Big News For Travelers

It's a landmark day for everybody who can't bear to turn off their cell phones, tablets, and laptops during flight take-off and landing: from now on, we won't have to power-down. After a barrage of criticism from gadget-lovers who pointed out there's no evidence electronic use impairs the plane's function at any point, the FAA has finally lifted their ban on devices being set to "on" during take-off and landing, e.g. under 10,000 feet. "We believe today's decision honors both our commitment to safety," said Transportation Secretary Anthony Foxx, "and consumers' increasing desire to use their electronic devices during all phases of flight." And by "increasing desire," he probably means "all that bizarre demand from everybody who really can't cope with half an hour offline."

Before the rule is rolled out on America's flights, airlines have to submit evidence that their aircrafts won't be at risk from electronic use. This is expected to be a quick, smooth process, and analysts predict that flyers will be able to use their devices to their hearts' content by the end of the year.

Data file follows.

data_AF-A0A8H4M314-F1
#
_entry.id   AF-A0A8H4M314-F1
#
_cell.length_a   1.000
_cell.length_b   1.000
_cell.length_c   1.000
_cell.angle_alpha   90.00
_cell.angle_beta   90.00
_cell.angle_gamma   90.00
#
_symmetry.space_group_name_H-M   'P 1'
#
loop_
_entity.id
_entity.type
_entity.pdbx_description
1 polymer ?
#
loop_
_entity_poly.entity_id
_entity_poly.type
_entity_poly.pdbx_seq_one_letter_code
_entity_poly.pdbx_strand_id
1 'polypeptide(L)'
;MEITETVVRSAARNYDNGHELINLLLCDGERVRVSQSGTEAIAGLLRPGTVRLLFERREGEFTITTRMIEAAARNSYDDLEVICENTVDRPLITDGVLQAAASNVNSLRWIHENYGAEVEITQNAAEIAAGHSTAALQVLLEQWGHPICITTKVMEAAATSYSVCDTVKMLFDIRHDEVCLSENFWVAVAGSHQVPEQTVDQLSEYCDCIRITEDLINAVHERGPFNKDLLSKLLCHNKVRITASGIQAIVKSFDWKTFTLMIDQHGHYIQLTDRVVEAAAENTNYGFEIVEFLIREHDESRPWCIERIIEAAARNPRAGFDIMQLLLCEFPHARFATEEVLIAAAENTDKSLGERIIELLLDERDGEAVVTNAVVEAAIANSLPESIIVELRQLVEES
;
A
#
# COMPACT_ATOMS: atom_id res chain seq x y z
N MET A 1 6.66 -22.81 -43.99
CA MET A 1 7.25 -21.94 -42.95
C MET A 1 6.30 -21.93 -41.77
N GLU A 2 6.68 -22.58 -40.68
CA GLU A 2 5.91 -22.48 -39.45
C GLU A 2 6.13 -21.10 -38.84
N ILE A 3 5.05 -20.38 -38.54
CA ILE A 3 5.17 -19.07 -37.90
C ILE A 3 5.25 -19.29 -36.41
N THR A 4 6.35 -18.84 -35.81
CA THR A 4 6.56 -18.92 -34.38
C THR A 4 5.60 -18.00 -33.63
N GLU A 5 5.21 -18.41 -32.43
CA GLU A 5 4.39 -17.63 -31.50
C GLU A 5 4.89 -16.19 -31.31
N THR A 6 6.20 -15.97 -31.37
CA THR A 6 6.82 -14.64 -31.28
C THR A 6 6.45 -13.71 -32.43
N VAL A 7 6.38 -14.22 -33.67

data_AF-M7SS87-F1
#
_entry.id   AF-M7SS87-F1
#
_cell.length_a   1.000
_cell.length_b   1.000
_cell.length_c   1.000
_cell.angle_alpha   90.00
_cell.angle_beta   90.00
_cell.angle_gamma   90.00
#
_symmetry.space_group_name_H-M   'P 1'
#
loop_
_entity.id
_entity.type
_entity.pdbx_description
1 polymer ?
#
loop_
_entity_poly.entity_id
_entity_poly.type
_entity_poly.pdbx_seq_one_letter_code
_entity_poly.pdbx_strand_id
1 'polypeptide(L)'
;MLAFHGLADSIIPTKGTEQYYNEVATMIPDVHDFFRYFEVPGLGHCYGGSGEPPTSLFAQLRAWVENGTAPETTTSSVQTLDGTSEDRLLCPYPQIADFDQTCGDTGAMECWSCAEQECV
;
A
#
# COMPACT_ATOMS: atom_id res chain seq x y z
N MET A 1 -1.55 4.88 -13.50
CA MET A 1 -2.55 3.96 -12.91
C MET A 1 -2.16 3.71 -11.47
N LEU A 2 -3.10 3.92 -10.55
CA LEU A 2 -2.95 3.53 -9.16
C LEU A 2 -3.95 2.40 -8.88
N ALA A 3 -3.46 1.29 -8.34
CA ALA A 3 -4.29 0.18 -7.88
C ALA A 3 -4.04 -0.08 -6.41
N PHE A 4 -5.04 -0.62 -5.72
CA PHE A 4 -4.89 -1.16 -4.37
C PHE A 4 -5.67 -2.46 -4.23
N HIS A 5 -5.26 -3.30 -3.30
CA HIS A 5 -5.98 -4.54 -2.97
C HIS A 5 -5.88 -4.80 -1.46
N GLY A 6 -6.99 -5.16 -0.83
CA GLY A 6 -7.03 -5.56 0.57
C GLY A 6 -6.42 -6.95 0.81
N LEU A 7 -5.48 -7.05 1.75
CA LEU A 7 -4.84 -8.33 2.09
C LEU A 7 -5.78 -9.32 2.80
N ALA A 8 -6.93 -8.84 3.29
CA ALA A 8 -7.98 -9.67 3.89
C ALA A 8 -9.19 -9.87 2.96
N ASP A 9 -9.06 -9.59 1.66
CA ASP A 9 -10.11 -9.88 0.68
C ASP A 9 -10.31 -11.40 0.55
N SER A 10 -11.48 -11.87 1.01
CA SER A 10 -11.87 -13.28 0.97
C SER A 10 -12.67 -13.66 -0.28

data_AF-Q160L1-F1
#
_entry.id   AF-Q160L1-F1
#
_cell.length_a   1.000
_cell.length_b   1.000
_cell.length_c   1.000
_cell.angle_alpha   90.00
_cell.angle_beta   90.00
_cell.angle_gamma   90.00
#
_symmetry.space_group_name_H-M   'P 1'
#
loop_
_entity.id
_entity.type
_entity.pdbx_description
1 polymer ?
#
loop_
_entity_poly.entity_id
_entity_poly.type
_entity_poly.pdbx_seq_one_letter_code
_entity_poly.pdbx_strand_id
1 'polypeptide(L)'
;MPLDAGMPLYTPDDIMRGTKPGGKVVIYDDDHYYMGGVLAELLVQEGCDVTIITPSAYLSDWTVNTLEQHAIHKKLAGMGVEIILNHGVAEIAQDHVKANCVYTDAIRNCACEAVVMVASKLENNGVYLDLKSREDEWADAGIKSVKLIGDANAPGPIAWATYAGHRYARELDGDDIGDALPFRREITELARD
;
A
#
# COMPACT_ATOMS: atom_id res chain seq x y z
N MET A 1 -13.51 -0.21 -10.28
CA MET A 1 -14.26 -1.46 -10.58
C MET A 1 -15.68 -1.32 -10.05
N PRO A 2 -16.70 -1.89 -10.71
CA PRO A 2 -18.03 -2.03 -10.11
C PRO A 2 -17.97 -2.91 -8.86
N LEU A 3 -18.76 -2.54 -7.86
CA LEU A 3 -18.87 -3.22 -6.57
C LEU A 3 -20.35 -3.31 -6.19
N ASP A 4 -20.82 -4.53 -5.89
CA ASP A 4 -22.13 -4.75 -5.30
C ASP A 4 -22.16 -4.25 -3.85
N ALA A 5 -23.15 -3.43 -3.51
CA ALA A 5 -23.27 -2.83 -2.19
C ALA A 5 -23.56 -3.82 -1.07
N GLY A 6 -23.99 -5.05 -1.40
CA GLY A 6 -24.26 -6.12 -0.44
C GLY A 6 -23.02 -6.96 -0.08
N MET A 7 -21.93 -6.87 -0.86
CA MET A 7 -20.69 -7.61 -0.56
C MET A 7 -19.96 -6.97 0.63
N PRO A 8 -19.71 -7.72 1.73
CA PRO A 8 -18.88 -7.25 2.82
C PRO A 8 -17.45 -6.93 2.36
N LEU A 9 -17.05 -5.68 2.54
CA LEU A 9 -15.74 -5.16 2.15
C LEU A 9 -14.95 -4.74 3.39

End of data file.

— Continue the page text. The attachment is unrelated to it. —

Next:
Wi-Fi will remain banned under 10,000 feet, for fear that it'll affect the plane's navigational systems — the gadget-lovers are probably gearing up for their next battle — and voice calls will still be banned for the duration of the flight. Not because they pose a risk. Just because they're annoying.

The FAA has been criticized for years for adhering to the 'myth" that electromagnetic rays can interfere with the working of a plane. It's true that while no one is completely sure what rays actually do to planes, there's nil evidence that it throws them off course, or puts anyone's life in danger. (Unless someone turns up their Angry Birds game really loud.)

On Sept. 30, a review committee that represented airlines, aircraft manufacturers, electronic retailers, pilots, and flight attendants submitted a report that recommended the FAA relax the long-term rule. Those who protested the rule pointed out that it was introduced when planes were far less sturdy and more susceptible to navigational failings — but planes built today go through so many safety checks that the electronics ban has become completely void.

The ban could still be reintroduced on a flight-to-flight basis, the FAA noted. For example, if a plane is flying with low visibility, passengers could be instructed to turn off their electronics as an additional precaution.

Declared the chairman of the Senate's Consumer Protection committee Thursday: "This is great news for the traveling public — and frankly, a win for common sense."

Um. Common sense? Is that what they're calling our addiction now?